Why do emergency services pay tunnel tolls?
Discovery Bay as we know is a unique enclave in Hong Kong. It's all privately built; even the police and fire stations. Private cars are banned and access is either by ferry, or by public transport via a 2.3-kilometre land tunnel. There is a small police presence and a fire station with three fire engines.
But one of the curiosities of the way the tunnel operates is that police and other emergency service vehicles are required to pay a toll when they pass through the tunnel. This is because it's a private tunnel. Indeed this is true for all private tunnels in Hong Kong.
You would have thought that given the nature of the work of the emergency services, they would be exempt from paying tolls. It's a public good. They don't have to pay up on the spot, but the tunnel company sends the government a monthly bill. In the case of the Discovery Bay Tunnel it's HK$50 a time.
It seems strange that the government didn't insist that emergency vehicles should be toll free. Fortunately the emergency services don't adopt an entrepreneurial approach to dealing with fires, for example.
I'll get back to you
Elections around the world have been changed with the introduction of e-mail and social media. Candidates are keen on sending out their message using these platforms as they feel they can get "closer" to people.
Michael Tien Puk-sun, deputy chairman of the New People's Party, which is headed by Regina Ip Lau Suk-yee, is no exception. In an e-mail message, he notes there is a link to his election platform, together with a few well chosen words as to why he thinks voting for him will lead to a better Hong Kong. It ends, "As usual, we hope to stay in touch with you online and keep you abreast of our work," adding "feel free to e-mail me."
At least one voter we know of did, only to get no reply. Irritated, he wrote: "You invite recipients of your canvassing messages to e-mail you but then do not reply!" Maybe our reader took him too seriously.
These fancy seats that the airlines use in their posher classes may be very comfortable - but they seem to have an unfortunate tendency of swallowing up valuable items.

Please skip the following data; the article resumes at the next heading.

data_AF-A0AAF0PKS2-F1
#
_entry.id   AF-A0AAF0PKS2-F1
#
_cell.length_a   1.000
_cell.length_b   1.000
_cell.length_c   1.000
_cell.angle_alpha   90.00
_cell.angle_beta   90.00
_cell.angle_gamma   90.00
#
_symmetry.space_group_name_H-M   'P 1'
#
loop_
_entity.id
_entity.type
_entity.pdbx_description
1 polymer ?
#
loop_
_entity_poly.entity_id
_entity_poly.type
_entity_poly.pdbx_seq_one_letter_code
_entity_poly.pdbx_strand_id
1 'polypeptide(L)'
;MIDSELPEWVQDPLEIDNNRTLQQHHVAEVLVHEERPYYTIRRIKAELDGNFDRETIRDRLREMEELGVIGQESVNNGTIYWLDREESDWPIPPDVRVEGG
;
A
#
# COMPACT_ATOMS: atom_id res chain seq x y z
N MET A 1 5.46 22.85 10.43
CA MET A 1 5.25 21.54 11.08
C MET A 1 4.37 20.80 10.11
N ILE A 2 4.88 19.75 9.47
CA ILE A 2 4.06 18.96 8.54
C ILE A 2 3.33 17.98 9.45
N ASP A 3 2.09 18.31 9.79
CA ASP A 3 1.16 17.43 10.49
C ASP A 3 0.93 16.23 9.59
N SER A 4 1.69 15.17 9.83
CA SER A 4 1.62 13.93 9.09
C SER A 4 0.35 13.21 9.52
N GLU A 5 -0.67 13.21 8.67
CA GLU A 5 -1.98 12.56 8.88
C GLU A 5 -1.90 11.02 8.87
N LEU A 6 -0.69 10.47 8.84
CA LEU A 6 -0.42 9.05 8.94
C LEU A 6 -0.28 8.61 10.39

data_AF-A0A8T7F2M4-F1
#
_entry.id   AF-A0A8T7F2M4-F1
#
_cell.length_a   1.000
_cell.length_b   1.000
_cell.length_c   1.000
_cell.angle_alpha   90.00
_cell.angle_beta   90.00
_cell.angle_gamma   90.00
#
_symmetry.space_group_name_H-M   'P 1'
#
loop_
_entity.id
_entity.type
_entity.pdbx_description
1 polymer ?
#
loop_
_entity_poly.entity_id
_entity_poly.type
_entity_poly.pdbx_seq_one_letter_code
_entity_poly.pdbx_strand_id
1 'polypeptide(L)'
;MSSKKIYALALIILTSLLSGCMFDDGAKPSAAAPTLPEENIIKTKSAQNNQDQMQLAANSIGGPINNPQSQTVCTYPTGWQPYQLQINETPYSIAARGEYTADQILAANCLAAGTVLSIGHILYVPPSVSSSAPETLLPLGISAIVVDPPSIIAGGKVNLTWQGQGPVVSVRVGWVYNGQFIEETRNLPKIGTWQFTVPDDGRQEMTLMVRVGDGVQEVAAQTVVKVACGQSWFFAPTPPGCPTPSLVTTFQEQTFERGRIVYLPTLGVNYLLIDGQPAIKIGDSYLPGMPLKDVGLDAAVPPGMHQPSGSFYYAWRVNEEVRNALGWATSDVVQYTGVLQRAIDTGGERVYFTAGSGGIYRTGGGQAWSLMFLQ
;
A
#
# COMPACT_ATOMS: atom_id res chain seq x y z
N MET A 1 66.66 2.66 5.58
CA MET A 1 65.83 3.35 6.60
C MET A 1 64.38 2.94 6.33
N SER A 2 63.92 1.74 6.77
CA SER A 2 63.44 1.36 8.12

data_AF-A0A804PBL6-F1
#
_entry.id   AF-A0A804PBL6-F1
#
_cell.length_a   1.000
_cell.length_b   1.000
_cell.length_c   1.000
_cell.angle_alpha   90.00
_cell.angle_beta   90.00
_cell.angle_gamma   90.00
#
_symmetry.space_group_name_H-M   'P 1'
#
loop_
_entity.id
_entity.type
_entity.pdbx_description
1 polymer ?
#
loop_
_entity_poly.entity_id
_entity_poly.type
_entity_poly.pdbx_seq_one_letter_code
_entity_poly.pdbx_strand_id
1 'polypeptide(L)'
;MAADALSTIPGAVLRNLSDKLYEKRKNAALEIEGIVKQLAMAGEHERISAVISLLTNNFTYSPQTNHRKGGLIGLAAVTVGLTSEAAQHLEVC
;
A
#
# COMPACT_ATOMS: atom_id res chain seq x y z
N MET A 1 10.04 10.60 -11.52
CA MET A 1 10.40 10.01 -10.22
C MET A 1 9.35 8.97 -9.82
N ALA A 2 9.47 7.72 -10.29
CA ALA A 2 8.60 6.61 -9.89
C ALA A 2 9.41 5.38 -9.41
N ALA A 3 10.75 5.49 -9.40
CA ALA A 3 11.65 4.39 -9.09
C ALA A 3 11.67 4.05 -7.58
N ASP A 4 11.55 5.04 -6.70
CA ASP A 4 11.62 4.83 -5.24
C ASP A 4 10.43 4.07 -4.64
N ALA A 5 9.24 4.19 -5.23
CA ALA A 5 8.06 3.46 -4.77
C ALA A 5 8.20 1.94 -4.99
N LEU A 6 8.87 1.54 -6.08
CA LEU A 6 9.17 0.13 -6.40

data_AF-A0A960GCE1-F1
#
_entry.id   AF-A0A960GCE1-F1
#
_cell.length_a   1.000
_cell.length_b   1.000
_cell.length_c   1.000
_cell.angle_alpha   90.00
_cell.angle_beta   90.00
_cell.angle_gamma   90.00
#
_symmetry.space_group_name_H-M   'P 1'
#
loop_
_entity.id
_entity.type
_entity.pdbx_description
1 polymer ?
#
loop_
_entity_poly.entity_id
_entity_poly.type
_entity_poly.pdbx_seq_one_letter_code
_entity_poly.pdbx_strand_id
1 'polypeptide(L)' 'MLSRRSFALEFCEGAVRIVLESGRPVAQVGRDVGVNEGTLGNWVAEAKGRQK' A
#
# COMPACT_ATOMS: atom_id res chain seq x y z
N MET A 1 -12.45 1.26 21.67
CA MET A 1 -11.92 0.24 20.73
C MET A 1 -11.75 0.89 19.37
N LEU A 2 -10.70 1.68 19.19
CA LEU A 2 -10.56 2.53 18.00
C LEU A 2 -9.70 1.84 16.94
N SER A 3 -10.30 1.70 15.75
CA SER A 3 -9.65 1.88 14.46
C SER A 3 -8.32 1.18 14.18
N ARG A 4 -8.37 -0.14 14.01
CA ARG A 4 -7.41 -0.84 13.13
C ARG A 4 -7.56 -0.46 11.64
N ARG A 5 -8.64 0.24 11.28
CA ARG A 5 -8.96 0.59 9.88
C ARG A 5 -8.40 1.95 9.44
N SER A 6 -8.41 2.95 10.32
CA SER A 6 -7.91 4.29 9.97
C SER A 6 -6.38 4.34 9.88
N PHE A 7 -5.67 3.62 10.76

Some weeks ago we wrote of the heroism of a captain with Turkish Airlines who got down on all fours to poke about in the interior of a seat to retrieve a passenger's camera.
We now hear that Cathay Pacific is equally efficacious in this department. A reader tells of awakening after a comfortable night's sleep on a long-haul flight only to realise that his spectacles had disappeared into the innards of his seat. After being attended to by a helpful albeit ineffectual cabin attendant, his plight was observed by the second officer who our reader says "was very solicitous as he attempted to 'search' the seat".
Close behind came the captain, who immediately took charge. After at least 10 minutes of serious seat dismantling, the reader added that the captain produced the missing specs.
The Buffett perspective
Warren Buffett, the sage of Omaha, turned 82 recently and celebrated with his three children, giving them US$3 billion for their respective charitable foundations. He also had a message for the 415,000 population of Omaha, where his flagship, Berkshire Hathaway, is headquartered.
Asked if the headquarters would be relocated by his successor, Buffett said: "No, it won't be moved. Omaha isn't known for much else. In some places it's easy to lose perspective. But I think it's very easy to keep perspective in a place like Omaha."
Bonuses are not a problem
The head of Deutsche Bank's financial research in Europe, Matt Spick, says the popular view that bonus pools at investment banks are too high is misplaced. He argues in a research note that the largest institutions still have too many staff in less lucrative business lines, Financial News reports.
Spick said that bonus pools at some banks were 20-25 per cent off their peak levels in 2007, while he predicts that Credit Suisse bonuses will be almost 75 per cent lower this year than its pre-crisis level. Spick said banks should be reducing headcount, noting that in the 10 largest banks there are two back office staff for each front office employee. Hmm … all this smacks of rabbits arguing in favour of more lettuce.